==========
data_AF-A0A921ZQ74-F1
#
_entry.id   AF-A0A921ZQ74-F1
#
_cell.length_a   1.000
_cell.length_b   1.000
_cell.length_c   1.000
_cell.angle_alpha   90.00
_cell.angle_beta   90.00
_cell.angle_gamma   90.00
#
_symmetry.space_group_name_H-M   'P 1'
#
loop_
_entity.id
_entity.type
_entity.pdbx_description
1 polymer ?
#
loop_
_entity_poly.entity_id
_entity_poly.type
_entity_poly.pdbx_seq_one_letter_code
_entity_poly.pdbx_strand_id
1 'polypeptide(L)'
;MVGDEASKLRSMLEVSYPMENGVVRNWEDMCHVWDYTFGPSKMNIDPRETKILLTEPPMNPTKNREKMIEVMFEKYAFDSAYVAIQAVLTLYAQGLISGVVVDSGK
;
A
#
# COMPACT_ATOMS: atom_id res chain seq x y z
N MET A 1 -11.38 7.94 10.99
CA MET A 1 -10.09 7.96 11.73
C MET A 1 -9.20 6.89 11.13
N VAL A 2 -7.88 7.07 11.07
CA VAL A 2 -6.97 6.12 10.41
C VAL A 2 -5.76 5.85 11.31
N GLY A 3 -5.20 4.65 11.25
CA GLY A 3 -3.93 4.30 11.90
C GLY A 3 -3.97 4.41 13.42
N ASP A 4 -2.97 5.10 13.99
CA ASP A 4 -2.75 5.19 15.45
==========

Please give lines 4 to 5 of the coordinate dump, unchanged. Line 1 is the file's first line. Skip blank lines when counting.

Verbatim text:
#
_cell.length_a   1.000